When writing about Bandit, a new coffee shop business that officially opened in New York City today, you have to mention two things. First, that the only way to order your drink from Bandit is through its mobile app. No cash. No card swiping. You pay by app.
This app-only approach then brings up the second thing. Given the current political climate in New York City and other major metropolises against businesses that don’t accept cash, how long can this app-only business model survive?
But before we get bogged down in regulation, let’s talk about what Bandit actually is, because there is something more to it than just the payment system. If all goes according to plan, Bandit will be a chain of coffee shops that use mobile ordering and payment to get you your coffee fast.
Max Crowley, Co-Founder & CEO, Bandit told me that his company mobile-first method was inspired by China’s Luckin Coffee. “We took some core learnings that we saw from them and over the last couple months, we tested and iterated on them,” Crowley told me by phone last week, adding that Bandit customers can get their drinks in as little time as 40 seconds.
On its face, mobile ordering and payment isn’t that innovative; I mean, Starbucks already offers it. But just like its coffee service, Bandit aims to be fast at opening up it stores. Bandit coffee shops are actually self-contained, pre-fab modular components that slot together to create an 11 ft. by 11 ft. store within just about any vacant space. Crowley said that once it has all the components, Bandit can open up a location in a matter of hours.
This standalone store-within-a-store approach should be a boon for Bandit, which doesn’t need to spend a lot of time scouting specific locations or doing buildouts. The whole concept is designed around speed so the company doesn’t have to create comfortable destinations where people hang out. Instead, it can carve out small footprints in high-traffic spaces.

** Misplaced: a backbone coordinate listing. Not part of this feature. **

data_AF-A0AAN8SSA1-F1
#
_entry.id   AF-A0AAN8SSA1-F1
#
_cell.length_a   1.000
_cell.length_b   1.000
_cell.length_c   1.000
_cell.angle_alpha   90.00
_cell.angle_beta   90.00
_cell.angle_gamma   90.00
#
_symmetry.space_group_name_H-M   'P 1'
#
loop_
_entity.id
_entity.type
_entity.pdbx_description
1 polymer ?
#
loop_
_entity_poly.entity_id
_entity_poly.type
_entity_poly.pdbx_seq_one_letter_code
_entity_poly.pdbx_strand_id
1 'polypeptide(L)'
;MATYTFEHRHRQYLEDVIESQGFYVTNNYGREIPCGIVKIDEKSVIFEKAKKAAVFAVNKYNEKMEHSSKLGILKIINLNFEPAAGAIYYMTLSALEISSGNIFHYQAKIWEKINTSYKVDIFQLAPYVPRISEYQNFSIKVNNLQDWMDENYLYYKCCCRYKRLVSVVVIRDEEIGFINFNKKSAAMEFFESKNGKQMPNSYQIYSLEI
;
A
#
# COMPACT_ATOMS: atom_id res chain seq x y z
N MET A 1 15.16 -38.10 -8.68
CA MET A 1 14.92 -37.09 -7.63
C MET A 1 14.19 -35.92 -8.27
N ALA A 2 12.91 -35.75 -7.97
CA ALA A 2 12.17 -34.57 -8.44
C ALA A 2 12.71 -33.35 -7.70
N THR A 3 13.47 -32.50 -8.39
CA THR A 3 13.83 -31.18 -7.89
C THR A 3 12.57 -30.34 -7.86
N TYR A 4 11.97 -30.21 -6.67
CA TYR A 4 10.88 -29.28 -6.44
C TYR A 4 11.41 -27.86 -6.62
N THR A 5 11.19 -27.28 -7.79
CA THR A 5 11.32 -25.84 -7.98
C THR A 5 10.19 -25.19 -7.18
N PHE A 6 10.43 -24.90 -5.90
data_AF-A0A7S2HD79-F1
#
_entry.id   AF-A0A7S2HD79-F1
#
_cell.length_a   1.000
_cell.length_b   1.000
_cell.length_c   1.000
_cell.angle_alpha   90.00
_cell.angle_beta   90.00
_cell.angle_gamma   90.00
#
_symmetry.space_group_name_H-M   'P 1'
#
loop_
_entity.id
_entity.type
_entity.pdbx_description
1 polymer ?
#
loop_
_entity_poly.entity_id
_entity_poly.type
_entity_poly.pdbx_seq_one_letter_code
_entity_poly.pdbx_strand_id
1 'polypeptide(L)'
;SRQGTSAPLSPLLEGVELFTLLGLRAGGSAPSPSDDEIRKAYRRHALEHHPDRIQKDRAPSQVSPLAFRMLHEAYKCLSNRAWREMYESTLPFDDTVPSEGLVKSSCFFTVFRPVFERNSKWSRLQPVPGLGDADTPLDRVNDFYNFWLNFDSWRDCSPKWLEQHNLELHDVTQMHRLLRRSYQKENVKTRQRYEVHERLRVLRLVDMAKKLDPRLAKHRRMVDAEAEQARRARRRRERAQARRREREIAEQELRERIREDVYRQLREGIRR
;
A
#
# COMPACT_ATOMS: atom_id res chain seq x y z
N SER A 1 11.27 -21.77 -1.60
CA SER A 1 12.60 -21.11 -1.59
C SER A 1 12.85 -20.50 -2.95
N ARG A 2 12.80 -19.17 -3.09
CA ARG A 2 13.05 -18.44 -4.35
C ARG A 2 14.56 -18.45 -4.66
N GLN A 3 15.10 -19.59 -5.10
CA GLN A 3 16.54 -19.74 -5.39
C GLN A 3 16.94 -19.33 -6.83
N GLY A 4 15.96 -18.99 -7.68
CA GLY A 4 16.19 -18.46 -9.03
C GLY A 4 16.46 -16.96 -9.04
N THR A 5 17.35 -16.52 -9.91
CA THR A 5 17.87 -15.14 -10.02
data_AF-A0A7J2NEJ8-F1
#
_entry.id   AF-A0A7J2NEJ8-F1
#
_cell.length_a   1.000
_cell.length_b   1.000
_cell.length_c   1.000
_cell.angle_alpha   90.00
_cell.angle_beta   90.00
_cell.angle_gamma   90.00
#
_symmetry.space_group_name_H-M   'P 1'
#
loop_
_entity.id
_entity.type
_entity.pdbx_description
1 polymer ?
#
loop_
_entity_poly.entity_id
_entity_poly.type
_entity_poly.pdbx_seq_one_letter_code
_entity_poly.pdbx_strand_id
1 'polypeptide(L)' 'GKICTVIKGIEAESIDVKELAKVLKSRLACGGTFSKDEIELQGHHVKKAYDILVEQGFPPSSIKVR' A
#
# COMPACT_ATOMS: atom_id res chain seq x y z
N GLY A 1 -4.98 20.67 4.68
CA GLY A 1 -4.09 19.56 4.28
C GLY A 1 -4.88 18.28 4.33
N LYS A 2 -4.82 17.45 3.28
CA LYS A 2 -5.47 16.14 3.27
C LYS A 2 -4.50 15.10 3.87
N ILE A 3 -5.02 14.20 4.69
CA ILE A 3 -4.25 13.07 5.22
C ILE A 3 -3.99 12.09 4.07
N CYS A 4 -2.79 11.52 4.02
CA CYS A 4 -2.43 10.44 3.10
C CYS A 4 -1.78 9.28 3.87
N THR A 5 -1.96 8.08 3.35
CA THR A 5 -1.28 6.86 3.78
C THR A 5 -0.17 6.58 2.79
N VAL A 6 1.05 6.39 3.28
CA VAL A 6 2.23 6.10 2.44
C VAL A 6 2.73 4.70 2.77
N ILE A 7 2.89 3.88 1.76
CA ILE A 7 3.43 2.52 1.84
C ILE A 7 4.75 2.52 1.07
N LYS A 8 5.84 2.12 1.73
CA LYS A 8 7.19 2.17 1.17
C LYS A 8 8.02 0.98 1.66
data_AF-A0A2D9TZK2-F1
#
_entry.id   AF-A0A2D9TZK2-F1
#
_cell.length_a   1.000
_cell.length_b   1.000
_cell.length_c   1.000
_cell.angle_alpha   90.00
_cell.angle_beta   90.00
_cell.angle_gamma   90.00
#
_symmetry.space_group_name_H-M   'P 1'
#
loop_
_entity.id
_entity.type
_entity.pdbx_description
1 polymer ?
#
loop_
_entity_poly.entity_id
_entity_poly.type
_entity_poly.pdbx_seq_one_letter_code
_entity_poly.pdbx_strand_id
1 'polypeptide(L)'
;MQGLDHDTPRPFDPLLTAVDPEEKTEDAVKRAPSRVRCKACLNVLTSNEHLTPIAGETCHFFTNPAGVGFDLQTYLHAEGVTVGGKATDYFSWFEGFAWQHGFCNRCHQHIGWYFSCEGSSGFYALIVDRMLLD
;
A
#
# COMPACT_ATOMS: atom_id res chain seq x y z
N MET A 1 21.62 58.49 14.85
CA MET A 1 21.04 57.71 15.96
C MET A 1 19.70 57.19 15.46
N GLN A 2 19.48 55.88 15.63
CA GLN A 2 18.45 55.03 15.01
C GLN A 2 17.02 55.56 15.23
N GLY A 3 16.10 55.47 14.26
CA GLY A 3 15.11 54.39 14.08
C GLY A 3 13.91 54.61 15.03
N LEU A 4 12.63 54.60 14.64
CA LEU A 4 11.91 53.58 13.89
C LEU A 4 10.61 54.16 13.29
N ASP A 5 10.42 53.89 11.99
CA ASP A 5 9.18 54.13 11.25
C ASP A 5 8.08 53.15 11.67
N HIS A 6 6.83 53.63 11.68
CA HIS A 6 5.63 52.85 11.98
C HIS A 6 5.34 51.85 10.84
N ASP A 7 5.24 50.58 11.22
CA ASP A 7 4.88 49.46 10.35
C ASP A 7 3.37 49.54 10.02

The issue, though, is that even in these high-traffic areas, only people with the Bandit app can partake in its coffee. If you don’t have a mobile phone and a credit card, you’re out of luck.
Going cashless right now seems like a risky move for Bandit. New York City, Philadelphia and San Francisco are among cities that are pushing back against cashless operations that cut out the poor and the underbanked. Even the mighty Amazon relented with its cashierless Go stores and added the ability to accept greenbacks. Sweetgreen backtracked on its no-cash policy as well.
Crowley is aware of the potential issues, but isn’t daunted by them. “Cashless is not the law yet in NY. We’re going to continue to look at that,” he said, “We’ll comply with whatever laws and we certainly want to serve all customers.”
Customers in New York certainly have their fill of innovative options when it comes to getting their morning java. In addition to Bandit’s app-only ordering, Truebird is deploying five robot baristas across Gotham, and GOffee just equity crowdfunded more than a million dollars for latte delivery to your desk in downtown NYC.
Bandit’s first location is located at 466 Lexington Ave, New York. The company is privately funded and plans to open more locations in Q1 of 2020.